John Hamilton: New Zealand tears down statue of British colonialist and city’s namesake

It comes after a Maori tribe elder threatened to remove the statue himself

Matt Mathers
Friday 12 June 2020 20:05 BST
Black Lives Matter protesters in Bristol pull down statue of 17th century slave trader

A city in New Zealand has taken down its statue of a former British naval officer, becoming the latest country to reassess elements of its colonial past amid the Black Lives Matter protests sweeping the globe.

Authorities in the city of Hamilton removed a bronze statue of Captain John Fane Charles Hamilton – the city’s namesake – who is accused of killing indigenous Maori people in the 1860s.

The removal of the statue came after a Maori tribe requested it to be taken down, with one elder threatening to tear it down himself if officials did not act.

Cities around the world are taking steps to remove statues that represent cultural or racial oppression following the killing of unarmed black man George Floyd by a white police officer in Minneapolis.

Demonstrations have taken place across the UK and there are concerns over the protection of monuments after a statue of slave trader Edward Colston was pulled down and dumped in Bristol’s harbour.

Hamilton mayor Paula Southgate said in a statement that a growing number of people found the statue personally and culturally offensive.

She said: “We can’t ignore what is happening all over the world and nor should we.

“At a time when we are trying to build tolerance and understanding between cultures and in the community, I don’t think the statue helps us to bridge those gaps.”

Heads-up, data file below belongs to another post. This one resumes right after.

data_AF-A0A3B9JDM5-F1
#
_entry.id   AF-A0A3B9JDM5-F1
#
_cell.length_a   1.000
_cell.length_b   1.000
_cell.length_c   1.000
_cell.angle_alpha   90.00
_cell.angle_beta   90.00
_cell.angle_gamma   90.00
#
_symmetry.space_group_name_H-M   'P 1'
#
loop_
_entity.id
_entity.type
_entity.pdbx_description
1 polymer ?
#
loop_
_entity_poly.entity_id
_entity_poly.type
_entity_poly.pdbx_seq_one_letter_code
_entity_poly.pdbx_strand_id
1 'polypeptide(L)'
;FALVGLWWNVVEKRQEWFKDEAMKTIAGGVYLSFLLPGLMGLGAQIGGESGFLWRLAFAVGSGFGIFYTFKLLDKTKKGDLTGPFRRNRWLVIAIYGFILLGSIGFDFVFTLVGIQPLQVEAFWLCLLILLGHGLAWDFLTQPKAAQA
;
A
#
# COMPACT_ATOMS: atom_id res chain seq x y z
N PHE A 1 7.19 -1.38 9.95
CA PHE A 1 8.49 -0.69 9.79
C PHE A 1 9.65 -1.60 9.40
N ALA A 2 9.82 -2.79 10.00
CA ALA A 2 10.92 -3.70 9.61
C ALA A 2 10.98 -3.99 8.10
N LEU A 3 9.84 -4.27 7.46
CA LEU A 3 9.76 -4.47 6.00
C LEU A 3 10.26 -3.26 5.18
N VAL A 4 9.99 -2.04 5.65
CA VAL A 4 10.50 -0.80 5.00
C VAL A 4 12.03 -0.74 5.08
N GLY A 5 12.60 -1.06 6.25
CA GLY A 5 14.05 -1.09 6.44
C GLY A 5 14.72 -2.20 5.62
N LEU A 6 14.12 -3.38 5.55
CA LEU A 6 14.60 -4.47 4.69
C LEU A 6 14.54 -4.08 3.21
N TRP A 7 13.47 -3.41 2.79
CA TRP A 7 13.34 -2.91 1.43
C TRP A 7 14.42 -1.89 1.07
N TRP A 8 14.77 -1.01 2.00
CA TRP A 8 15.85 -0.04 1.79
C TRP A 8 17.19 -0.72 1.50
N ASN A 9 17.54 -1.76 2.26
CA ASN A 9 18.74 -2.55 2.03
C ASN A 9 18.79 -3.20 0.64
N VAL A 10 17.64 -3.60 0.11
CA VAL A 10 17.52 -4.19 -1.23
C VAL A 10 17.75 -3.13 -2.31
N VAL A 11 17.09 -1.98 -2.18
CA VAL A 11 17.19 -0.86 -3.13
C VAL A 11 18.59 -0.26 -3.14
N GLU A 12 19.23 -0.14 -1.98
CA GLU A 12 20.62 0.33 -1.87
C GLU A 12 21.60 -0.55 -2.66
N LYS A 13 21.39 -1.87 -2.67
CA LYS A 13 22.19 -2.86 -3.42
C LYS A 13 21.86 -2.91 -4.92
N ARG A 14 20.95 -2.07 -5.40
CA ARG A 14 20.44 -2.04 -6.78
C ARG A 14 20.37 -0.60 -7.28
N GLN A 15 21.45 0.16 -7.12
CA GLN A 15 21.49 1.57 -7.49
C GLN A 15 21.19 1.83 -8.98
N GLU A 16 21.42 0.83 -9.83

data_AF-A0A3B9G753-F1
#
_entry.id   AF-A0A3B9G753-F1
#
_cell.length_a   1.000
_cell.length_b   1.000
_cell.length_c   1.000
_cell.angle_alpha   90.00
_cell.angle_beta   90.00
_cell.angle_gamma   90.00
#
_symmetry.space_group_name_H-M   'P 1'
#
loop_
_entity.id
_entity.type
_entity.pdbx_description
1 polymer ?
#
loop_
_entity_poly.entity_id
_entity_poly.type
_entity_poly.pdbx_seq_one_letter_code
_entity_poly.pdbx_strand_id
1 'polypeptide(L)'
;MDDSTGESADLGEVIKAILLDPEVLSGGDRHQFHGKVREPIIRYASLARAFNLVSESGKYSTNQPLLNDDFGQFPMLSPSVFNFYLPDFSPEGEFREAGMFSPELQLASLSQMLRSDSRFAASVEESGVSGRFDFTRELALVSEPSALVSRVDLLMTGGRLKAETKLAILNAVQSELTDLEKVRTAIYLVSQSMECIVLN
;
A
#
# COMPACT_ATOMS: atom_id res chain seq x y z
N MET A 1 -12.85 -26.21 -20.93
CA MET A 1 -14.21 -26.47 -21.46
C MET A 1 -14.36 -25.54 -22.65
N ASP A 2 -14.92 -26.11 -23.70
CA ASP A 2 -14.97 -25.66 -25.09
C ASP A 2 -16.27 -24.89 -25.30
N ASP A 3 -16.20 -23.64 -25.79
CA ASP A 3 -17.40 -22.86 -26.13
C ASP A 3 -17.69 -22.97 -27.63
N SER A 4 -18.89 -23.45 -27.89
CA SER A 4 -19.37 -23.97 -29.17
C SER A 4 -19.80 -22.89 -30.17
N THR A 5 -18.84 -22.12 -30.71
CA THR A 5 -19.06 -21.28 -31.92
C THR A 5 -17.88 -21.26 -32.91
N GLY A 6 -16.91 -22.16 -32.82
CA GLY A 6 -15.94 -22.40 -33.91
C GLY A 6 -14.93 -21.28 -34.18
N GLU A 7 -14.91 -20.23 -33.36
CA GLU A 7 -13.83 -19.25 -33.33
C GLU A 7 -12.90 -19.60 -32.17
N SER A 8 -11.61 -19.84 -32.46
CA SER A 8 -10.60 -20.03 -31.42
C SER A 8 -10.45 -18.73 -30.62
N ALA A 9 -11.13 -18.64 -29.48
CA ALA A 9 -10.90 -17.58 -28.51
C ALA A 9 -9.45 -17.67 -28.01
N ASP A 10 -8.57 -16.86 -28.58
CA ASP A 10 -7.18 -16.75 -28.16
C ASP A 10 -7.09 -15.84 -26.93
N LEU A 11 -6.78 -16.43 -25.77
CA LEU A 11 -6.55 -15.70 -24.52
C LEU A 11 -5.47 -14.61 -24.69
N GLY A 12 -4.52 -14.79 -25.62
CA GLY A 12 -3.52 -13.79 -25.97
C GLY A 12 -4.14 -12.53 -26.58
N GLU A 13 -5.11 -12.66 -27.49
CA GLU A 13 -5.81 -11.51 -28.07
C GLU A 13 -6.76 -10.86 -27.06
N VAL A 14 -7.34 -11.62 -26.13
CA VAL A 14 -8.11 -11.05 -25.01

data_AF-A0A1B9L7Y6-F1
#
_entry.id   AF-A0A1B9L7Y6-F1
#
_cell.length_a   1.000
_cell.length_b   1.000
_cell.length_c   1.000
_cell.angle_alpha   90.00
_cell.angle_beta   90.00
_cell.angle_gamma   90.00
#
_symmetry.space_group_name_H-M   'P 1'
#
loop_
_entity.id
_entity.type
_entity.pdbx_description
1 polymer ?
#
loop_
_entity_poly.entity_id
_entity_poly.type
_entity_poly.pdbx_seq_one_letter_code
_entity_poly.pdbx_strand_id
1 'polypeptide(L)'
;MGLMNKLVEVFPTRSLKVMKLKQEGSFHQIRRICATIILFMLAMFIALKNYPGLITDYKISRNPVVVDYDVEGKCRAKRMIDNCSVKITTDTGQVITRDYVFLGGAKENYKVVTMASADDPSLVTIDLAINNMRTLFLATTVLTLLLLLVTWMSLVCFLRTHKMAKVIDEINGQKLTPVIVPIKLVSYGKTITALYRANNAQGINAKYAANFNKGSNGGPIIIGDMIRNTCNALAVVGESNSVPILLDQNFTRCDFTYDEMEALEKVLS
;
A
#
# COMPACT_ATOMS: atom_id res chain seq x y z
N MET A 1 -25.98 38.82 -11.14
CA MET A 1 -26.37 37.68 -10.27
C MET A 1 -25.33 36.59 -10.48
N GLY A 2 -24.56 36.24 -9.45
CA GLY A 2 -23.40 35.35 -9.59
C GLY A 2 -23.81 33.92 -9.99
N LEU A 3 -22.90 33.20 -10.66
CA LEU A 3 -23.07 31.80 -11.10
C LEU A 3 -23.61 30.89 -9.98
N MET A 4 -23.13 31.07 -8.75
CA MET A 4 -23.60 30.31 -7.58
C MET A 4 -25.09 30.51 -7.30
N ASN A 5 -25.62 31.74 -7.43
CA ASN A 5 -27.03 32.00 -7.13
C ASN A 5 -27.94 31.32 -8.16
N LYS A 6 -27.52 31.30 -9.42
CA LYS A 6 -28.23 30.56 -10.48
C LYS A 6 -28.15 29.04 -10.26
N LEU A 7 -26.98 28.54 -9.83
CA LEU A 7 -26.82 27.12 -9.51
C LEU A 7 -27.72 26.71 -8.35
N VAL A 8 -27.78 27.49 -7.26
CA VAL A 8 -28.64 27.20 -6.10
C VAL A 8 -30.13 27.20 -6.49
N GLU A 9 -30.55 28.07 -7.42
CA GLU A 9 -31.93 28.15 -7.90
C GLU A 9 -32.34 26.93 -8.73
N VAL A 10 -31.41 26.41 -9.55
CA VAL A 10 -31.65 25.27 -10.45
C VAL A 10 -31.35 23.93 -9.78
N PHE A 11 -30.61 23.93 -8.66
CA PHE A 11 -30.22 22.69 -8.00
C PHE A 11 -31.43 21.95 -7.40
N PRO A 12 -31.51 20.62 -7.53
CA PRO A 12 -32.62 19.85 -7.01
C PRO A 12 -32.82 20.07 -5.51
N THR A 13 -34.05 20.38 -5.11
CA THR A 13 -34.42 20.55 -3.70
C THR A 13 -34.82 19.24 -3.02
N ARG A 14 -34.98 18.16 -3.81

The city was originally called Kirikiriroa by the indigenous Maori people but it was renamed in the 1860s after Captain Hamilton, a British officer who was killed in the infamous Gate Pa battle in the city of Tauranga.

The statue was gifted to the city in 2013 and the Waikato-Tainui tribe, or iwi, formally requested on Thursday for it to be removed.

City authorities said it was clear the statue was going to be vandalised after Maori elder Taitimu Maipi this week told media website Stuff that he planned to tear it down himself.

Mr Maipi said Hamilton was being represented as a hero when he was “murderous” and a “monster”.

Edward Colston statue was removed from Bristol Harbour on early on Thursday morning (Bristol City Council/Twitter)

City authorities said they have no plans to change the city’s name at this point.

Hamilton is the nation’s fourth-largest city with 160,000 people, about one-quarter of whom are Maori.

Earlier this week, a statue of 18th century slave trader Robert Milligan was taken down by workers in east London following pressure from campaigners.

Demonstrators in Belgium have also called on authorities to remove a statue of King Leopold II who is accused of killing millions of Congolese more than a century ago.

Leopold is increasingly seen as a stain on the nation where he reigned from 1865 to 1909. Protesters want him removed from public view.

Additional reporting by agencies

Join our commenting forum

Join thought-provoking conversations, follow other Independent readers and see their replies


Thank you for registering

Please refresh the page or navigate to another page on the site to be automatically logged inPlease refresh your browser to be logged in